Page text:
On rotations—at the medical examiner.
That pretty little neck. It was all covered up. The yellow scarf was silk, but if it was polyester, it should have been silk. The scarf stretched out to her legs. That long slender white neck. The scarf tied so nicely around her neck. She had blonde, sandy—the color of autumn leaves just turning golden—hair. It was thick and curly. Dyed hair with natural curls. It took a while to untie her scarf. She had many loops and tricks with that scarf around her neck. And once the scarf slithered out, there it left the footprints. Pink-red circles wrapped around like a rollercoaster. It was not purple yet. It made her neck look odd. It made her neck stretch, like she had one too many vertebra. She had on a nice clean shirt, maybe blue plaid with snap buttons made out of shell. Or maybe it was a blouse with small blue and red flowers. It matched her delicate earrings and her longer than long scarf. Her shirt was tucked inside of her jeans. Her jeans were crisp. Her boots were not scraped or scuffed. Did she match her scarf to her outfit earlier that day or later that day? She looked peaceful, so pretty. She only had mascara on. Her perfume had already dissipated. She almost said something. She said something so softly—it was audible only if the power was turned off and all the electrical hums were silenced—“Finally.”
Earlier that day she probably fake laughed with Mom. She may have even genuinely let out a really good belly roar with her palms sweating of the plan she had made. She and her Mom were going to the fair that evening. They ate lunch at lunchtime. They had a nice time. She said she would go home, change, and meet her at the fair. It was Mom’s birthday. Which rides did she think of, if she did? Or was she perspiring and formulating her list of things to-do? Or was she relieved of it all?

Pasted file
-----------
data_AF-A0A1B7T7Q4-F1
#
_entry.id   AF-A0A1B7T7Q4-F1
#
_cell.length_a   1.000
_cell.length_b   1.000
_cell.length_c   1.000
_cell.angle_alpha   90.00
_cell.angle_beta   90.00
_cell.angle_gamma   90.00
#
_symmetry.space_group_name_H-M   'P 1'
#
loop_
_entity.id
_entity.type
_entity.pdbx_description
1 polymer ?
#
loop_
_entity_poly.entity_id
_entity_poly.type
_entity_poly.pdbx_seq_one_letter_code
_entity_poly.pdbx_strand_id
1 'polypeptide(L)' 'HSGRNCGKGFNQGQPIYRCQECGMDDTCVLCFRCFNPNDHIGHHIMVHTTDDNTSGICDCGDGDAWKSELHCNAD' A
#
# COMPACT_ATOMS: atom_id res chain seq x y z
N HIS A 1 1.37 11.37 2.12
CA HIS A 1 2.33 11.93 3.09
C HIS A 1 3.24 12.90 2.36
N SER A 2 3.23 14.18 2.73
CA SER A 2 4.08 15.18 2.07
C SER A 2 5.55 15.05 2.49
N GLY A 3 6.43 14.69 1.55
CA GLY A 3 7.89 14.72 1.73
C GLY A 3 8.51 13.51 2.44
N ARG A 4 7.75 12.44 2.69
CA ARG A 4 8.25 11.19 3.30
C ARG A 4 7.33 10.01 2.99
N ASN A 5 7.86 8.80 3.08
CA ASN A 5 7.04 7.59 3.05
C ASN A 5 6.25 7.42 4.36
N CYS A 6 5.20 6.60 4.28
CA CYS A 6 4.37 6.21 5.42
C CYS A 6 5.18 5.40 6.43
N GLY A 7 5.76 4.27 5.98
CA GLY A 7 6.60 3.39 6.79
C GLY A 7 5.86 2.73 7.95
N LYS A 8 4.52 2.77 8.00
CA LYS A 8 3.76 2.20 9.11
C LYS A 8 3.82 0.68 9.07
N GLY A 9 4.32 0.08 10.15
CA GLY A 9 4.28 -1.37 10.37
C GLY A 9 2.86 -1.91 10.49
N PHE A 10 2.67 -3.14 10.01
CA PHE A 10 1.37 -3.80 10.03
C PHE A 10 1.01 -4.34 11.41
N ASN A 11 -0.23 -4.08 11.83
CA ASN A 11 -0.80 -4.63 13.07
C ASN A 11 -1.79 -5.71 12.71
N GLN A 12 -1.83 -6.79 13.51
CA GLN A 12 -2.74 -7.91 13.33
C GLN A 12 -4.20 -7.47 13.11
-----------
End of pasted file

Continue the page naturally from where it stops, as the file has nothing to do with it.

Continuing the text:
It was about a love. She left a note with handwriting full of frills and loops and puffs. They were big fun letters that joined together in haste. She could not be with him. Was that really the reason for her pretty little neck to be wrapped by that long yellow scarf?
The scarf was yellow, sure, but with burgundy flowers, light blue paisleys, and a succinct brown trim containing it all. Was the scarf in her possession for a while? Or did she go and purposely buy it? Or did her sister give it to her, with all her love? Who did she know that had done this before? Did she too, want to try it? Did she change into her shirt and jeans or blouse and jeans with those nice and clean boots? Had Mom already seen her outfit at lunch?
She stood on her coffee table. It was a coffee table that she drank tea and put her feet on. It was a coffee table that she threw her mail or her keys on. The coffee table could bear her weight. No glass on it. Where did she know about the knot? A classic slipknot. How did she know how to tie those? Maybe she looked it up online a week and a half ago and practiced it on her favorite baseball bat or beer bottle. She was of age to drink, just barely.
She thought to herself, “Finally.” She hung there, perfectly alive looking but perfectly lifeless when her Mom opened the door to the living room. She never went to the fair, neither her nor her Mom.